The farm has been hemorrhaging money. When I bought the farm five years ago my bank manager asked me whether it would “wash its face”. “Of course”, I replied “once I get the hang of things”. The truth must be that I never quite did get the hang of things because the more we did, the more money we lost. Here are two examples of the difference between the dream and reality.
The dream: To keep our pigs outdoors and never subject them to the indignity of being penned inside.
The reality: The pigs became wild. I sold some to a farmer who keeps wild boars and he said my Middle Whites were the wildest creatures he had ever encountered, perfectly capable of jumping a four foot fence.
The dream: To keep a herd of rare-breed Galloway cattle.
The reality: An official from Defra turns up to test the cattle for TB. Two of the cattle show a positive reaction. The official immediately condemns them to death. He ticks a wrong box on the form, so that when they arrive at the abattoir they have to be thrown in the bin. Tests later show that the cattle were perfectly healthy all along. The official is uninterested in offering either an apology or adequate compensation. This has happened twice.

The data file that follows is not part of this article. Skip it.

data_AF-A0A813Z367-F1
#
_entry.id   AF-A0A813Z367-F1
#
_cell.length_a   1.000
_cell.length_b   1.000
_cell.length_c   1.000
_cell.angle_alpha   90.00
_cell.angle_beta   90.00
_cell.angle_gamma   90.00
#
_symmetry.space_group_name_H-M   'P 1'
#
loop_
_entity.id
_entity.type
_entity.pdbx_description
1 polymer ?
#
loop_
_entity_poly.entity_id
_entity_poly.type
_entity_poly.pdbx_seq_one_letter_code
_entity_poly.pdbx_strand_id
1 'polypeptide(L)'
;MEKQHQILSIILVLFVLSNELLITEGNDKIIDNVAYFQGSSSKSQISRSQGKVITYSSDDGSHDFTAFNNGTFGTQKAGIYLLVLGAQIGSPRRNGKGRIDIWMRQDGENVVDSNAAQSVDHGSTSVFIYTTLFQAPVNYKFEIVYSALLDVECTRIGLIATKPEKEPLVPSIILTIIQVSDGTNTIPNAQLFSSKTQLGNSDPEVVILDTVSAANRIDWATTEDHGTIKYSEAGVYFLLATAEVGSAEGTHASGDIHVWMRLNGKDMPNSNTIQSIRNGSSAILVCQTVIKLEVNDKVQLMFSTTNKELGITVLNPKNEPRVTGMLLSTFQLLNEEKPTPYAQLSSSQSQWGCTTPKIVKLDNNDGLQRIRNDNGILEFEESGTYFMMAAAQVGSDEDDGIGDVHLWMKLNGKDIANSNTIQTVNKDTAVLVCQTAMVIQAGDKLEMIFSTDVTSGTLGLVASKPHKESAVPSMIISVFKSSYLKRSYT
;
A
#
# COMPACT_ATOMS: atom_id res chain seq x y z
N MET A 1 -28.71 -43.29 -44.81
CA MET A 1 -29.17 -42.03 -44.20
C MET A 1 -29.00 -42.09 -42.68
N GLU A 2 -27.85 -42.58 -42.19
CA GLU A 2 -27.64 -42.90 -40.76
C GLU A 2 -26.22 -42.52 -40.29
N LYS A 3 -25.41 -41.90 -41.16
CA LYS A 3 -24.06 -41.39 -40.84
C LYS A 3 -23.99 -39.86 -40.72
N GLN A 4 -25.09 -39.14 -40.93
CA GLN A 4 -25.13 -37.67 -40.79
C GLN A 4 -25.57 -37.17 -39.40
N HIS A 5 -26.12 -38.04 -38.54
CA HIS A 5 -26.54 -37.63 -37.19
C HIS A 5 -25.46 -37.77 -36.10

It has been a pleasure working with farmers in the area who, over the generations, have developed a cynicism and resilience which suits them to this life. Today, Ian Walker of Harrison Coward very skillfully extracted a good price for the farm. In the end it has washed its face. I’m left with my Wagyu cattle and a few pigs- and a little more cynicism and realism than I had when I started.